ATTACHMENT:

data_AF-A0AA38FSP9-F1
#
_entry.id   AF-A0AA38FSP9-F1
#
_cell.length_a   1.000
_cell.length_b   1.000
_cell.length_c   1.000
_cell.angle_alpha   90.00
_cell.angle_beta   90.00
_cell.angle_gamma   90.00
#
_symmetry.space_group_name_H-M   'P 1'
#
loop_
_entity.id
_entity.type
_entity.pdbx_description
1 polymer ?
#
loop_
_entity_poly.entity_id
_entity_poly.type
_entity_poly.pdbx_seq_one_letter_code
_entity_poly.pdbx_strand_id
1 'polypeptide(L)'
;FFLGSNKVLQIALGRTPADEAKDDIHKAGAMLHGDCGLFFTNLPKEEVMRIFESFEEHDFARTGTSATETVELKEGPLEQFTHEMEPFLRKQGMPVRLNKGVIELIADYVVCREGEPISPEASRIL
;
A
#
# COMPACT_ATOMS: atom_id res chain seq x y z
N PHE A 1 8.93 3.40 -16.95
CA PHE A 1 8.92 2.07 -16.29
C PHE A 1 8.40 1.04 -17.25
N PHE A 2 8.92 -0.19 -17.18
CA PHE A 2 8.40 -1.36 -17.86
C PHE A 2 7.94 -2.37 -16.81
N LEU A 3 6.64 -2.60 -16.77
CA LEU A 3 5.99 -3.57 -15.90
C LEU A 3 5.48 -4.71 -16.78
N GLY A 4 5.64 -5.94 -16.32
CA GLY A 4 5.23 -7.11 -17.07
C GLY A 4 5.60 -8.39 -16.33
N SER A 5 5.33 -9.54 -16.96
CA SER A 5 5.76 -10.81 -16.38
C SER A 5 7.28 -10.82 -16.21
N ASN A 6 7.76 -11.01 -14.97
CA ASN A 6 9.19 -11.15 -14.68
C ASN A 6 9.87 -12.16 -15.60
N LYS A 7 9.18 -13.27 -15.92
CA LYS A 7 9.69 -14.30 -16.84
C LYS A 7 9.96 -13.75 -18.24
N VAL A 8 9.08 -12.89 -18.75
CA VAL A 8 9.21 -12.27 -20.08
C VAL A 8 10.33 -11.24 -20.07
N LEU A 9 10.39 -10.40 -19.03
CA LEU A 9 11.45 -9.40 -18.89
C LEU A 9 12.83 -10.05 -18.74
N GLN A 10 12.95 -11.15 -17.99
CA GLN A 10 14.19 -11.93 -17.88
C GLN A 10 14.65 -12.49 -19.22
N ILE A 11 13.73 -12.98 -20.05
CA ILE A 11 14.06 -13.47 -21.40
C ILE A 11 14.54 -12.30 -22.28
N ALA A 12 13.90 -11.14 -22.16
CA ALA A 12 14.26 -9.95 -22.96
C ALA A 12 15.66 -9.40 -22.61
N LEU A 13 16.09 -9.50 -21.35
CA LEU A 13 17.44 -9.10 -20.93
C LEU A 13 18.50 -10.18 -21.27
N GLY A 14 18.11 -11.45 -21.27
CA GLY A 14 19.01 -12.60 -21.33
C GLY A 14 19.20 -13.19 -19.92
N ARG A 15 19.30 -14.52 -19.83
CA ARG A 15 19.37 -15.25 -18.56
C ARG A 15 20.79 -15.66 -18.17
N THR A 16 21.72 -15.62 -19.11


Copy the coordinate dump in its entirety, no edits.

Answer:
data_AF-A0AA38FSP9-F1
#
_entry.id   AF-A0AA38FSP9-F1
#
_cell.length_a   1.000
_cell.length_b   1.000
_cell.length_c   1.000
_cell.angle_alpha   90.00
_cell.angle_beta   90.00
_cell.angle_gamma   90.00
#
_symmetry.space_group_name_H-M   'P 1'
#
loop_
_entity.id
_entity.type
_entity.pdbx_description
1 polymer ?
#
loop_
_entity_poly.entity_id
_entity_poly.type
_entity_poly.pdbx_seq_one_letter_code
_entity_poly.pdbx_strand_id
1 'polypeptide(L)'
;FFLGSNKVLQIALGRTPADEAKDDIHKAGAMLHGDCGLFFTNLPKEEVMRIFESFEEHDFARTGTSATETVELKEGPLEQFTHEMEPFLRKQGMPVRLNKGVIELIADYVVCREGEPISPEASRIL
;
A
#
# COMPACT_ATOMS: atom_id res chain seq x y z
N PHE A 1 8.93 3.40 -16.95
CA PHE A 1 8.92 2.07 -16.29
C PHE A 1 8.40 1.04 -17.25
N PHE A 2 8.92 -0.19 -17.18
CA PHE A 2 8.40 -1.36 -17.86
C PHE A 2 7.94 -2.37 -16.81
N LEU A 3 6.64 -2.60 -16.77
CA LEU A 3 5.99 -3.57 -15.90
C LEU A 3 5.48 -4.71 -16.78
N GLY A 4 5.64 -5.94 -16.32
CA GLY A 4 5.23 -7.11 -17.07
C GLY A 4 5.60 -8.39 -16.33
N SER A 5 5.33 -9.54 -16.96
CA SER A 5 5.76 -10.81 -16.38
C SER A 5 7.28 -10.82 -16.21
N ASN A 6 7.76 -11.01 -14.97
CA ASN A 6 9.19 -11.15 -14.68
C ASN A 6 9.87 -12.16 -15.60
N LYS A 7 9.18 -13.27 -15.92
CA LYS A 7 9.69 -14.30 -16.84
C LYS A 7 9.96 -13.75 -18.24
N VAL A 8 9.08 -12.89 -18.75
CA VAL A 8 9.21 -12.27 -20.08
C VAL A 8 10.33 -11.24 -20.07
N LEU A 9 10.39 -10.40 -19.03
CA LEU A 9 11.45 -9.40 -18.89
C LEU A 9 12.83 -10.05 -18.74
N GLN A 10 12.95 -11.15 -17.99
CA GLN A 10 14.19 -11.93 -17.88
C GLN A 10 14.65 -12.49 -19.22
N ILE A 11 13.73 -12.98 -20.05
CA ILE A 11 14.06 -13.47 -21.40
C ILE A 11 14.54 -12.30 -22.28
N ALA A 12 13.90 -11.14 -22.16
CA ALA A 12 14.26 -9.95 -22.96
C ALA A 12 15.66 -9.40 -22.61
N LEU A 13 16.09 -9.50 -21.35
CA LEU A 13 17.44 -9.10 -20.93
C LEU A 13 18.50 -10.18 -21.27
N GLY A 14 18.11 -11.45 -21.27
CA GLY A 14 19.01 -12.60 -21.33
C GLY A 14 19.20 -13.19 -19.92
N ARG A 15 19.30 -14.52 -19.83
CA ARG A 15 19.37 -15.25 -18.56
C ARG A 15 20.79 -15.66 -18.17
N THR A 16 21.72 -15.62 -19.11